The race is on to build fusion reactors that would provide limitless energy without nuclear waste or carbon emissions. Here's everything you need to know:
What is fusion?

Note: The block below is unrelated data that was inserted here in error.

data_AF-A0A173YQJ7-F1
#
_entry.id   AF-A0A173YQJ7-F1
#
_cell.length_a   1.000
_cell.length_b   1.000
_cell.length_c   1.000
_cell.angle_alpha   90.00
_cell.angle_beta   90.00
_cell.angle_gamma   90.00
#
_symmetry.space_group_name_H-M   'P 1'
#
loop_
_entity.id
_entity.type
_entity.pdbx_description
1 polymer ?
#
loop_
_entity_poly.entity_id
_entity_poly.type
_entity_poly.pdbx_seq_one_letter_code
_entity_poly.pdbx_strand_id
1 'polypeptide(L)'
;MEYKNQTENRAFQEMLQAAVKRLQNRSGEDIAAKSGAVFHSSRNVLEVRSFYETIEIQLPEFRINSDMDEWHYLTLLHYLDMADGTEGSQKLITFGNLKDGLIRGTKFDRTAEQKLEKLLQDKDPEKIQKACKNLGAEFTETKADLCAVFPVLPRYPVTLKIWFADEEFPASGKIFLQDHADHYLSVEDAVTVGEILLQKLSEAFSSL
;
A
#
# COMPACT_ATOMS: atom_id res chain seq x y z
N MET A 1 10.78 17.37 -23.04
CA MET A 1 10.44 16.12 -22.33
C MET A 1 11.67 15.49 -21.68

Thermonuclear fusion is the nuclear reaction that powers the sun and all stars. It occurs when two nuclei of a lightweight element such as hydrogen collide at colossal speed, forcing them to fuse. Leftover mass is converted into enormous amounts of energy, according to Einstein's formula E = mc2. Unlike fission, in which atoms are split, fusion requires small amounts of ordinary fuel — the amount of hydrogen in a glass of water could provide enough energy for one person's lifetime — and does not create much radioactive waste, which is why it's been called "the holy grail for the future of nuclear power." Proponents believe fusion reactors could solve the climate-change crisis by providing inexhaustible energy with zero emissions and no chance of a meltdown. But the challenge of creating fusion reactions is enormous: Scientists and engineers essentially have to create a small star. Hydrogen must be heated to about 100 million degrees Celsius — six times hotter than the sun's core. At that temperature, hydrogen is no longer a gas but a plasma, a soupy mix of charged particles that is incredibly difficult to sustain. Scientists have been trying to contain the plasma using a tokamak, a doughnut-shaped structure with an extremely strong magnetic field, but thus far have been successful only for seconds.
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